I In another exampleiof the present invention a molecular sieve adsorption process according to this invention may be employed to separate normal paraflins from isoparaflinsand cyclic hydrocarbons. The feed fluid stream consistingessentially of 30% isobutane and 70% normal butane is separated to produce two product streams, each at'a purnityof at least 95%.

The adsorption system comprises two adsorption zones each containing LindeType 5A, Ms" pellets.

The feed fluid is first heat exchanged with a hot isobutane stream, then vaporized and heated to 375 F. and

then passed through one ofthe absorption zones at a total pressure of 150 p.s.i.a. During the adsorption stroke, the adsorbent bed temperature rises from 355 F. to 395 F. due to the heat of adsorption; The nonadsorbed isobutaneproduct which leaves the adsorption zone during adsorption is directed to a heat-exchanger and condensed by heat exchange with the feed fluid and EXAMPLE 3 A one-inch diameter'by 22% inch'long column containing 164 grams of activated LindeType 5A molecular sieve pellets was contacted with a dry gas consisting of then directed to product storage.

' The. adsorption stroke is followed by a cocurrent partial depressurization stroke during which the pressure in the adsorption zone'is reduced from 150 to 50 p.s.i.a.

. The major portion of the isobutane contained in the voids 15 percent air and 85 percent helium at 40C. and

98 p.s.i.g. The bed was initially evacuated to less than 1 mm. Hg.- (absolute) pressure and repressurized with feed gas at the rate of 280 cc-./minute. When a pressure of 98 p.s.i.g. was reached, the outlet valve is opened and g the eflluent product removed while continuously providing feed gas to maintain the pressure of 98 p.s.i.g. The composition of the efliuent'gas obtained as a function of time was as follows.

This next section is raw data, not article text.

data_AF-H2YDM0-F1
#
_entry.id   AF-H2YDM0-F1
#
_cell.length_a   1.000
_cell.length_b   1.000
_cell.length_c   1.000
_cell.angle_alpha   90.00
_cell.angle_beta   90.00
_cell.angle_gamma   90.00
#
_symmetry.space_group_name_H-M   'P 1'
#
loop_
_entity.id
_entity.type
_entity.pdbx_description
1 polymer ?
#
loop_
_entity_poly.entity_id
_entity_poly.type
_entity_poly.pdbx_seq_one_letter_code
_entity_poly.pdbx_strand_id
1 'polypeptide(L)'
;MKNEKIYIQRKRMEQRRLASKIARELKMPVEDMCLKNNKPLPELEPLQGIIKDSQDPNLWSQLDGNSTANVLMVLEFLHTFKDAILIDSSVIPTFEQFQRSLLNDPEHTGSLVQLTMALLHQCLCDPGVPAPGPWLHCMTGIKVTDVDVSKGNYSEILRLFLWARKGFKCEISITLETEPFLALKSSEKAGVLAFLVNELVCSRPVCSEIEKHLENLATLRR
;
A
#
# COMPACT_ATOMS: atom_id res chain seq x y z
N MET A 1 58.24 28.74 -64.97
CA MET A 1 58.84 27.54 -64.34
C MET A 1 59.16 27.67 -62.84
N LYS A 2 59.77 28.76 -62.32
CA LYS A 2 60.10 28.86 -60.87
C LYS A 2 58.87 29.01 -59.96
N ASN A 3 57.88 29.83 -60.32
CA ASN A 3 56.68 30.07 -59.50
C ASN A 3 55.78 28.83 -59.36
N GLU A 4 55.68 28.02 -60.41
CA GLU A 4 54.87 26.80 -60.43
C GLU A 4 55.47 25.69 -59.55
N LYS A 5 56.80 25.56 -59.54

Time from start of run, minutes: helium product Percent airin- 36.5 0.50 1 Breakthrough.

spaces after adsorption is dischargedfrom the adsorption zone during the cocurrent depressurization stroke and then condensed and added to the isobutane product storage. The normal butane'which is desorbed during the cocurrent depressurization is readsorbed by the additional quantity of adsorbent in the, adsorption zone provided for that purpose.

Desorption of the adsorption zone is then performed countercurrently by firstreducing the pressure from 50 to 17.5 p.s.i.a. The efiiuent desorbate is cooled and retained in a gasholder to smooth out the peak flows which occur as the adsorption zone isevacuated. The desorbed normal butane is condensed and directed to product storage. When the adsorption zone pressure reaches 17.5

7 p'.s.i.a.,the'desorbate fluid stream is directed through a cooler to a, vacuum compressor. The vacuum compressor then evacuates the adsorption zone until the average pressure reaches about 0.9 p.s.i.a. Because of the heat of desorption, the adsorption zone cools to about 355 F. during the desorption stroke.

A small quantity of the isobutane from the other adsorption zone which is accomplishing an adsorption stroke is directed to the evacuated adsorption zone to repressurize the zone. The adsorption zone is then ready to repeat the adsorption stroke of the cycle.

The timing sequence for this process is as follows:

Adsorption stroke minutes Cocurrent depressurization stroke 20 seconds Desorption:

Blowdown 20 seconds Vacuum 4 minutes Repressurization 20 seconds Total cocurrent depressurization desorption and repressurization 5 minutes Total cycle time minutes Each adsorption zone therefore completes a full cycle every 10 minutes and the two adsorption zones periodically and alternately are switched to the adsorption stroke every 5 minutes.

EXAMPLE 5 In another example of the present invention, a fixed bed of molecular sieves may be employed to remove ethylene from an ethylene oxide reactor blow-oil gas.